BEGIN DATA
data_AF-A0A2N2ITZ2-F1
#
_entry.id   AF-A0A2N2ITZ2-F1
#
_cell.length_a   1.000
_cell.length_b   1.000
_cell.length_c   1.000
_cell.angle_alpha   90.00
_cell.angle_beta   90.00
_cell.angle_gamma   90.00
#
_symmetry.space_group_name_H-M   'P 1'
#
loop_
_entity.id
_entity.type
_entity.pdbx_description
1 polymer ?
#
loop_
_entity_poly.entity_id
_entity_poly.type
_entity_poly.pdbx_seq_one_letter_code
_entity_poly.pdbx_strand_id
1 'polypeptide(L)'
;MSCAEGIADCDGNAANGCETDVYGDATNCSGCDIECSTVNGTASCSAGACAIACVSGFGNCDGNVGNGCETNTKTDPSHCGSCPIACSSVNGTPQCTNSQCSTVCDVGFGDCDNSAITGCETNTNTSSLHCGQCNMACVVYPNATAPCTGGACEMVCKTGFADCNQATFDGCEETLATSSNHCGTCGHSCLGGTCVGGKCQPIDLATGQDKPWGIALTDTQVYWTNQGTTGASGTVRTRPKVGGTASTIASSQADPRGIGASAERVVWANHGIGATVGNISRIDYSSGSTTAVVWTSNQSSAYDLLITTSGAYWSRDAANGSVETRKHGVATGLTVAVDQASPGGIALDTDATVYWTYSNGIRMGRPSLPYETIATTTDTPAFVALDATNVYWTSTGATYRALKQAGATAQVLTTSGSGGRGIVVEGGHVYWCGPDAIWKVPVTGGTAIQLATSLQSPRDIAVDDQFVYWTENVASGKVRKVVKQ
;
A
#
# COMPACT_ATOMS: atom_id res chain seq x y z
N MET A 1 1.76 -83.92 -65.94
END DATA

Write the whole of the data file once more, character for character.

data_AF-A0A2N2ITZ2-F1
#
_entry.id   AF-A0A2N2ITZ2-F1
#
_cell.length_a   1.000
_cell.length_b   1.000
_cell.length_c   1.000
_cell.angle_alpha   90.00
_cell.angle_beta   90.00
_cell.angle_gamma   90.00
#
_symmetry.space_group_name_H-M   'P 1'
#
loop_
_entity.id
_entity.type
_entity.pdbx_description
1 polymer ?
#
loop_
_entity_poly.entity_id
_entity_poly.type
_entity_poly.pdbx_seq_one_letter_code
_entity_poly.pdbx_strand_id
1 'polypeptide(L)'
;MSCAEGIADCDGNAANGCETDVYGDATNCSGCDIECSTVNGTASCSAGACAIACVSGFGNCDGNVGNGCETNTKTDPSHCGSCPIACSSVNGTPQCTNSQCSTVCDVGFGDCDNSAITGCETNTNTSSLHCGQCNMACVVYPNATAPCTGGACEMVCKTGFADCNQATFDGCEETLATSSNHCGTCGHSCLGGTCVGGKCQPIDLATGQDKPWGIALTDTQVYWTNQGTTGASGTVRTRPKVGGTASTIASSQADPRGIGASAERVVWANHGIGATVGNISRIDYSSGSTTAVVWTSNQSSAYDLLITTSGAYWSRDAANGSVETRKHGVATGLTVAVDQASPGGIALDTDATVYWTYSNGIRMGRPSLPYETIATTTDTPAFVALDATNVYWTSTGATYRALKQAGATAQVLTTSGSGGRGIVVEGGHVYWCGPDAIWKVPVTGGTAIQLATSLQSPRDIAVDDQFVYWTENVASGKVRKVVKQ
;
A
#
# COMPACT_ATOMS: atom_id res chain seq x y z
N MET A 1 1.76 -83.92 -65.94